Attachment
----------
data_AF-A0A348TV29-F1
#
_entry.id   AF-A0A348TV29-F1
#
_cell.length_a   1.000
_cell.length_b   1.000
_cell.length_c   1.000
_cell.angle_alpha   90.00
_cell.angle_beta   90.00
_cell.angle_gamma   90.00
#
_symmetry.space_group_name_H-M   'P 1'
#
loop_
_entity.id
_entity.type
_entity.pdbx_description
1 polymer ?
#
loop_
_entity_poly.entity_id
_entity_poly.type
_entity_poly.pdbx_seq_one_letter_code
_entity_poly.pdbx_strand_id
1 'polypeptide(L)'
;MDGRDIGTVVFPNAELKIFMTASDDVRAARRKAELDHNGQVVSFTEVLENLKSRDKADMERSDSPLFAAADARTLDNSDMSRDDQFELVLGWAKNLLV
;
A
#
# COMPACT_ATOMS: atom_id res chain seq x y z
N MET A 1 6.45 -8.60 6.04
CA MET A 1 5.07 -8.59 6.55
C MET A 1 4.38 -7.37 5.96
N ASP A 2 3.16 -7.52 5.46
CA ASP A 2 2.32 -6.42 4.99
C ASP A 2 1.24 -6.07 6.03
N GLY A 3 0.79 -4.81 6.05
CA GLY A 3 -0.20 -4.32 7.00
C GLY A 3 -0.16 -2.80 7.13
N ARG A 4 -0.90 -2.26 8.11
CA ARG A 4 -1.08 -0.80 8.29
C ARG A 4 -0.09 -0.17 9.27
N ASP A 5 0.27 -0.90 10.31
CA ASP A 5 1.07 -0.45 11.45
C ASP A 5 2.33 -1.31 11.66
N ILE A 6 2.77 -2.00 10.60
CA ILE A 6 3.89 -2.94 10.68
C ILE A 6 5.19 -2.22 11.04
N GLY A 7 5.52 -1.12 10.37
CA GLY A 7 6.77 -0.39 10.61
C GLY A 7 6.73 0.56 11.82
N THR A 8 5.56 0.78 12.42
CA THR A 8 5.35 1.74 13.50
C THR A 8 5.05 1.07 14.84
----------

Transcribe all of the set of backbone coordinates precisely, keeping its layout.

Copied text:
data_AF-A0A348TV29-F1
#
_entry.id   AF-A0A348TV29-F1
#
_cell.length_a   1.000
_cell.length_b   1.000
_cell.length_c   1.000
_cell.angle_alpha   90.00
_cell.angle_beta   90.00
_cell.angle_gamma   90.00
#
_symmetry.space_group_name_H-M   'P 1'
#
loop_
_entity.id
_entity.type
_entity.pdbx_description
1 polymer ?
#
loop_
_entity_poly.entity_id
_entity_poly.type
_entity_poly.pdbx_seq_one_letter_code
_entity_poly.pdbx_strand_id
1 'polypeptide(L)'
;MDGRDIGTVVFPNAELKIFMTASDDVRAARRKAELDHNGQVVSFTEVLENLKSRDKADMERSDSPLFAAADARTLDNSDMSRDDQFELVLGWAKNLLV
;
A
#
# COMPACT_ATOMS: atom_id res chain seq x y z
N MET A 1 6.45 -8.60 6.04
CA MET A 1 5.07 -8.59 6.55
C MET A 1 4.38 -7.37 5.96
N ASP A 2 3.16 -7.52 5.46
CA ASP A 2 2.32 -6.42 4.99
C ASP A 2 1.24 -6.07 6.03
N GLY A 3 0.79 -4.81 6.05
CA GLY A 3 -0.20 -4.32 7.00
C GLY A 3 -0.16 -2.80 7.13
N ARG A 4 -0.90 -2.26 8.11
CA ARG A 4 -1.08 -0.80 8.29
C ARG A 4 -0.09 -0.17 9.27
N ASP A 5 0.27 -0.90 10.31
CA ASP A 5 1.07 -0.45 11.45
C ASP A 5 2.33 -1.31 11.66
N ILE A 6 2.77 -2.00 10.60
CA ILE A 6 3.89 -2.94 10.68
C ILE A 6 5.19 -2.22 11.04
N GLY A 7 5.52 -1.12 10.37
CA GLY A 7 6.77 -0.39 10.61
C GLY A 7 6.73 0.56 11.82
N THR A 8 5.56 0.78 12.42
CA THR A 8 5.35 1.74 13.50
C THR A 8 5.05 1.07 14.84